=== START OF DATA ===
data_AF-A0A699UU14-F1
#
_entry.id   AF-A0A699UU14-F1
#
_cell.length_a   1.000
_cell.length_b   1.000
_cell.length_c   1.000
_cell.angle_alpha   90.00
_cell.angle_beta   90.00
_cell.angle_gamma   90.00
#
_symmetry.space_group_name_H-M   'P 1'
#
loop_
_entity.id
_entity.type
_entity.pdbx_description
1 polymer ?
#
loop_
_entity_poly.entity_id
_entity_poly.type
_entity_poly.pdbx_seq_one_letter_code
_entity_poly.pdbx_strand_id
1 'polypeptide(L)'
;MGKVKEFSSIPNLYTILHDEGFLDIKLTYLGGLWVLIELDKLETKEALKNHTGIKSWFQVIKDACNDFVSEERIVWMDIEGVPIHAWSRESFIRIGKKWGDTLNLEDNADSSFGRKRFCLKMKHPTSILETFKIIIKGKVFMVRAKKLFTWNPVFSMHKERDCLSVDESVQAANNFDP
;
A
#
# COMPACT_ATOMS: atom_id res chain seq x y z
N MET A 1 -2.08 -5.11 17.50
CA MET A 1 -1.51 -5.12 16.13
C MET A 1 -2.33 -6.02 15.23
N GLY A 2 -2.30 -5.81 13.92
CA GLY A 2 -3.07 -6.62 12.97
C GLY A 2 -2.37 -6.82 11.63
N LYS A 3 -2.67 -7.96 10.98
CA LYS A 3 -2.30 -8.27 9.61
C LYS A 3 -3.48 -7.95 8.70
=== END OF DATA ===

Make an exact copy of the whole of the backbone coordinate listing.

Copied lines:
data_AF-A0A699UU14-F1
#
_entry.id   AF-A0A699UU14-F1
#
_cell.length_a   1.000
_cell.length_b   1.000
_cell.length_c   1.000
_cell.angle_alpha   90.00
_cell.angle_beta   90.00
_cell.angle_gamma   90.00
#
_symmetry.space_group_name_H-M   'P 1'
#
loop_
_entity.id
_entity.type
_entity.pdbx_description
1 polymer ?
#
loop_
_entity_poly.entity_id
_entity_poly.type
_entity_poly.pdbx_seq_one_letter_code
_entity_poly.pdbx_strand_id
1 'polypeptide(L)'
;MGKVKEFSSIPNLYTILHDEGFLDIKLTYLGGLWVLIELDKLETKEALKNHTGIKSWFQVIKDACNDFVSEERIVWMDIEGVPIHAWSRESFIRIGKKWGDTLNLEDNADSSFGRKRFCLKMKHPTSILETFKIIIKGKVFMVRAKKLFTWNPVFSMHKERDCLSVDESVQAANNFDP
;
A
#
# COMPACT_ATOMS: atom_id res chain seq x y z
N MET A 1 -2.08 -5.11 17.50
CA MET A 1 -1.51 -5.12 16.13
C MET A 1 -2.33 -6.02 15.23
N GLY A 2 -2.30 -5.81 13.92
CA GLY A 2 -3.07 -6.62 12.97
C GLY A 2 -2.37 -6.82 11.63
N LYS A 3 -2.67 -7.96 10.98
CA LYS A 3 -2.30 -8.27 9.61
C LYS A 3 -3.48 -7.95 8.70